Living in Paris you quickly learn that Sundays are rest days. Largely thanks to the ever-present unions, trading on Sundays is for the most part banned in France. Some people also cite respect for “traditional” family values as justifying the ban on trade, which makes some sense. But it is damned annoying when it’s Sunday night, you have run out of toilet paper and all you have in the fridge is a mouldy piece of comté.
In any event, this explains the eerie silence in the streets of Paris on Sunday mornings. Sundays in Paris are left for nursing hangovers, brunching, wandering, catching up with friends, sitting en terrasse, footing, going to expos and that wonderful gallic tradition of Sunday night ciné. Even I’ll admit that, despite the inconvenience, it’s nice that Sundays are left for family, friends and downtime.
That said, some areas of Paris have eluded the ban on trade, e.g., the marais, the historic Jewish quarter and super trendy place to be seen. It is largely business as usual in the marais on Sundays, the sabbath having passed. On top of that, the streets are pedestrianised. This means the marais is always buzzing with people out for their Sunday balade, eating falafel sandwiches (on that note, if you find yourself in the rue des rosiers and tempted to join the queue for a falafel, go directly to Miznon in rue des écouffes, see below if in doubt) and admiring the over-priced (yet totally worth it, boyfriend, if you are reading) clothes at Sandro, maje and Claudie Pierlot.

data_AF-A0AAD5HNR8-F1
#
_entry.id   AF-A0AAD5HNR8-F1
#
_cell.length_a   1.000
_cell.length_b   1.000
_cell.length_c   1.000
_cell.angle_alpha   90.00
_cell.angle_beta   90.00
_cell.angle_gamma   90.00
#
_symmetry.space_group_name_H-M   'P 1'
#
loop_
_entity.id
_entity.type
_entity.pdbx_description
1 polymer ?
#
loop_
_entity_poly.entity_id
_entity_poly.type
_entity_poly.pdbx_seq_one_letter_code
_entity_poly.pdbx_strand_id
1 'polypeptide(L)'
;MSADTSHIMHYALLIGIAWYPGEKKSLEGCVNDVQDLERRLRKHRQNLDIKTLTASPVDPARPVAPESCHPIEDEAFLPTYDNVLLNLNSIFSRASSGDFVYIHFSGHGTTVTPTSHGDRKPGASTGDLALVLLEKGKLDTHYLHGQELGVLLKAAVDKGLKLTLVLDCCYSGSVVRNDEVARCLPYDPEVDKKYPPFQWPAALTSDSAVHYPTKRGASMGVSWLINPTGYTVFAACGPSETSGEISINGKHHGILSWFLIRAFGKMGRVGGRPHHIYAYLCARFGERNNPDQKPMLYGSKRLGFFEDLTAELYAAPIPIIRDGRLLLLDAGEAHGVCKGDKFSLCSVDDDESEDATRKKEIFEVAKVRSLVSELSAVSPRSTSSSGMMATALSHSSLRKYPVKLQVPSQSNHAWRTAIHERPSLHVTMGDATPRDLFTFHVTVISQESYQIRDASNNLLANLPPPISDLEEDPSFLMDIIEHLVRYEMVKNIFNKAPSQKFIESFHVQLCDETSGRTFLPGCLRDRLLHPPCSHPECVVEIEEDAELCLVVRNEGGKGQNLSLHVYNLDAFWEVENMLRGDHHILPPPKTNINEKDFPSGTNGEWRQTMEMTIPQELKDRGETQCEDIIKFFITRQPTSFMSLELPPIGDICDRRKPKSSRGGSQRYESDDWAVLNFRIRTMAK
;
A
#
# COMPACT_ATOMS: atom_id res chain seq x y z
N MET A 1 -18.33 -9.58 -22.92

Although the French government passed a law last year allowing further exceptions to the ban on Sunday trade (part of the Loi Macron, named after the French Minister for Finance, Emmanuel Macron, who proposed the law), finding a decent supermarket open on a Sunday remains damned near impossible.
Hence our excitement when the supermarket downstairs recently put up this sign:
This was a game changer. Not only was the franprix open on Sunday, it was open on Sunday evening until 20h. No more going to the overpriced alimentation générale (the equivalent to a general store, or a milk bar for the Australian readers) to get toothpaste for the week. No more staring down the barrel of Monday morning with no breakfast goods. First world problems, certes, but little things that make the Sunday night blues that bit more bearable.